There’s a Golden Age of television theme tunes, from the mid-sixties to the mid-seventies, a time when the programme and the opening music became one in a perfect marriage. The Persuaders is a stand out theme, along with Van Der Valk, but there’s one more worth mentioning: The Champions.

Written by Tony Hatch, who had a run of hit singles writing for Petula Clark, the theme tune for The Champions encapsulated the glamour, the mystique, the internationalism of the programme’s premise. Three supergifted investigators working for Geneva-based crime unit Nemesis.

champions 5The Champions was another of Lew Grade’s ITC stable of shows which seemed to be turned out on an annual effortless basis. On this occasion, the USP was centred on three people who, after crash landing in Nepal, are rescued by an unknown community of humans with esoteric powers. On return to civilisation Craig Stirling. Richard Barrett and Sharron Macready find they can communicate telepathically, have heightened awareness and super strength and durability. Talents that come as an infuriating mystery to their boss Tremayne.

As was the case in a lot of ITC productions these super qualities didn’t apply to the scenery. Filmed at Elstree studios in England the production team made good use of the surrounding woodland to double as a somewhat overcast West Indies, a very untropical Burmese jungle and China. The same short street was used for episodes in Paris, Heligoland and Cornwall!

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Stuart Damon

It’s easy to scoff at a mansion used by one villainous group after another as if it were being rented out by a letting agent with a villain-only mailing list. “The last occupants hell-bent on world domination moved out after all their operatives were killed with death rays. . . .”

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William Gaunt in the pilot episode with one of the mysterious Nepal people.

But what made The Champions such compulsive viewing was the chemistry between its three protagonists: Stuart Damon, the model-good looking American, essential to sell the show to US audiences; dandy-ish William Gaunt balancing intellectual self-confidence with an ability to leap unimaginable distances; and the impossibly beautiful Alexandra Bastedo who endured typically sexist Sixties scripts but still packed a mean right hook in a fight.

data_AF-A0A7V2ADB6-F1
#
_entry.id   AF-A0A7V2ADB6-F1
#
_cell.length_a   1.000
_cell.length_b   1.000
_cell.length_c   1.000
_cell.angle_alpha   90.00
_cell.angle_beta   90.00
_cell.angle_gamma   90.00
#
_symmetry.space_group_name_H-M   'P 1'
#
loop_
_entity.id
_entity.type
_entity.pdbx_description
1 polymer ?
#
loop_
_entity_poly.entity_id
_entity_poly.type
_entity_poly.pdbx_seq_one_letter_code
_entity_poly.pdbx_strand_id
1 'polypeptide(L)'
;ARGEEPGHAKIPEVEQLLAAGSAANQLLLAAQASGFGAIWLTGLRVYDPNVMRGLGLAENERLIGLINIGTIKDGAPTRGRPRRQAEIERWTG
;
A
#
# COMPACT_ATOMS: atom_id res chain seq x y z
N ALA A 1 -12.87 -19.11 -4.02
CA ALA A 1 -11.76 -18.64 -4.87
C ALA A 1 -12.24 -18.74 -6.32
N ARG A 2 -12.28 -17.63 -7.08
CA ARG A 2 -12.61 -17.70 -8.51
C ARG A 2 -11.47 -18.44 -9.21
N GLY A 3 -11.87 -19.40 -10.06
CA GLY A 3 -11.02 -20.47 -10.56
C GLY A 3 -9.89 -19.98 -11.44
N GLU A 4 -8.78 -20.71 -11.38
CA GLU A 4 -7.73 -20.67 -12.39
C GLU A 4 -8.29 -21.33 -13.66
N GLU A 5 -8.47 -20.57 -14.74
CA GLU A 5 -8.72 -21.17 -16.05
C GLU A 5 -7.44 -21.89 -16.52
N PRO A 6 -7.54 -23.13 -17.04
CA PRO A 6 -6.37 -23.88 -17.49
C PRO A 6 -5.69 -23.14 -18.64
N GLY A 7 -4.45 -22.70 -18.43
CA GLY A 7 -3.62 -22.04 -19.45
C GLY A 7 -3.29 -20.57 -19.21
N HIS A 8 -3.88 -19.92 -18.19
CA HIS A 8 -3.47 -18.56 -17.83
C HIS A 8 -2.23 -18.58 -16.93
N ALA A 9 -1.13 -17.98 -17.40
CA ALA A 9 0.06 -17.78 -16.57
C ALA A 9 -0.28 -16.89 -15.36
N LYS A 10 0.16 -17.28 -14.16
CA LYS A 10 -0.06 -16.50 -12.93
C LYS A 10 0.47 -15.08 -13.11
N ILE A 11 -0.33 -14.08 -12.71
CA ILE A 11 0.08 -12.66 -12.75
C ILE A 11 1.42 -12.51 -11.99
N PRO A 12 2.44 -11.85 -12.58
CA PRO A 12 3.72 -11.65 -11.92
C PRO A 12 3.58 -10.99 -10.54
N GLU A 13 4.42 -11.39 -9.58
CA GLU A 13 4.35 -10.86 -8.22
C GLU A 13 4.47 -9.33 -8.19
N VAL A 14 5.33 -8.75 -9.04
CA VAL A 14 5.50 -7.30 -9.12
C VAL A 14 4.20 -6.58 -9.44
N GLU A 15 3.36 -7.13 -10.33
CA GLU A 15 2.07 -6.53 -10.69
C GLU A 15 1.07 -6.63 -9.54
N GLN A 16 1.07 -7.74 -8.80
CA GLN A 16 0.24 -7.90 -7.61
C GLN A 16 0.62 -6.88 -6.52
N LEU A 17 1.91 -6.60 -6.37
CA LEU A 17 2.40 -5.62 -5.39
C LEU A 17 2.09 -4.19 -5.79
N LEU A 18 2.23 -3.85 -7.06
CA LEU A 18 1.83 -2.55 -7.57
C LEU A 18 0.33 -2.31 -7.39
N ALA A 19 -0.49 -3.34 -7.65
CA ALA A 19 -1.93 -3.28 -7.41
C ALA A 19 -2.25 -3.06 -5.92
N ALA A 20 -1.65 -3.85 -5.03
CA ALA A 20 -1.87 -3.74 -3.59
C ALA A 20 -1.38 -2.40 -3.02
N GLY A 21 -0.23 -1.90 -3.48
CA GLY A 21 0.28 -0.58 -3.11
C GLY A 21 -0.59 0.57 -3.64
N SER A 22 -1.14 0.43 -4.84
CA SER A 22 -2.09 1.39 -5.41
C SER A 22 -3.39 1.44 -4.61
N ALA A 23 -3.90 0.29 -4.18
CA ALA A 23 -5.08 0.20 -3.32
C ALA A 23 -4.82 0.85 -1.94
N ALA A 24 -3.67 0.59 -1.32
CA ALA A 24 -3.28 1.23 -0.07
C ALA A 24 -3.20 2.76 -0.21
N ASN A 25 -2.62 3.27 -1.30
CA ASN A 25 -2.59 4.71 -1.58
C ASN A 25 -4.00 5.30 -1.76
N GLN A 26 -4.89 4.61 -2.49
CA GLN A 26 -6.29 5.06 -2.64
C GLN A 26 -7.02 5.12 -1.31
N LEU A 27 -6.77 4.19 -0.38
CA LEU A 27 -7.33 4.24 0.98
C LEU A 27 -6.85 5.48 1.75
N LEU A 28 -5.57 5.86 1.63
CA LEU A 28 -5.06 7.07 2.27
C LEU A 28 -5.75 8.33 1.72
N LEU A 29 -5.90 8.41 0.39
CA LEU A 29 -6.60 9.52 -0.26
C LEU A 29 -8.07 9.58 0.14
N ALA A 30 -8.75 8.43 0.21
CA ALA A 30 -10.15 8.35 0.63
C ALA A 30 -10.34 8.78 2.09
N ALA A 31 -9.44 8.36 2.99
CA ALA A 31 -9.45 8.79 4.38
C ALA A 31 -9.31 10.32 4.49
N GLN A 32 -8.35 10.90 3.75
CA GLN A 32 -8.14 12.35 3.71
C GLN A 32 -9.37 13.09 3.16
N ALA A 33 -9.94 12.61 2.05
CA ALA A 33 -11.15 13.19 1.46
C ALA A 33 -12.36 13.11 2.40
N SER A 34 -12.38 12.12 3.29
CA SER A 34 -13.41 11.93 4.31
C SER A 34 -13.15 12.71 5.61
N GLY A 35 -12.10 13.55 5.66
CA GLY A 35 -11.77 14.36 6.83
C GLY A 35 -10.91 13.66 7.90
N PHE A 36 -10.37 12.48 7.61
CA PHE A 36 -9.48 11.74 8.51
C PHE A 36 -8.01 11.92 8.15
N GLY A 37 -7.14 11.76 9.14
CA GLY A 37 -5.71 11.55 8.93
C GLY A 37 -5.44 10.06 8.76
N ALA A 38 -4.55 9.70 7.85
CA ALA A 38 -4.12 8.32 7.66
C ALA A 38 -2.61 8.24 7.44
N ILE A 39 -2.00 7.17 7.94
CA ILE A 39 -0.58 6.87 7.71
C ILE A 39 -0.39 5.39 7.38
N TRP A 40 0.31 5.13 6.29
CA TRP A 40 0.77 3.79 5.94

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The stories were ripping yarns with mad Nazis, treacherous gun runners, psychotic mind-benders and an array of lunatic organisations spread across the world. No attempts were made to ground the stories in realism, there was no need. 1967 and 1968 when the programmes were made were two years of heightened Cold War histrionics in which everyone was a double agent, and every organisation had a shady link to either the KGB or the CIA.

Only two series were produced, in part due to ITC’s insatiable appetite for more thrillers. And what a list: The Champions, The Persuaders!, The Protectors, The Saint, The Prisoner, Randall and Hopkirk (Deceased), Department S, Jason King, and that doesn’t include the puppets, Thunderbirds, Joe 90, Captain Scarlet and the Mysterons. . . .

They might not make them like that anymore, and the theme tunes seldom become household names (or household earworms), but the distance is probably what makes them so special, and why the charm of The Champions is so enduring.

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6 thoughts on “The Champions

  1. Great stuff. I was in love with Alexandra Bastedo, and also with that girl out of White Horses, and also with Marina out of Stingray.
    Funnily enough, and on a different subject, I was thinking about Tony Hatch the other day when the theme tune to Emmerdale (another of his compositions) echoed through our house, signalling its half-hour of bile and misery. It’s a fair old leap from the Emmerdale theme to the Champions. Obviously a talented chap.
    Alen

    Liked by 1 person

    • I love that whole ‘beautiful aesthetic’ of so many 60s film and television stuff, but what often tickles me is how a lot of ITC’s shows based themselves on exotic locations and then filmed everything in the car parks around Borehamwood!

      As for Tony Hatch: he wrote Downtown and the theme tune to Crossroads. That’s a bit like Burt Bacharach writing Walk on By and the theme tune to Nearest and Dearest. Talented and er, flexible, I suppose.

      Liked by 1 person

  2. Yes I loved all these programmes. Remember the tune from Mission Impossible? That was a good one too. I also used to love The Avengers, and remember asking the hairdresser to make my impossibly curly locks look like Tara King’s (alas, this was a non-starter). When I look at some of these programmes that are still shown today, they look terribly dated.

    Liked by 1 person

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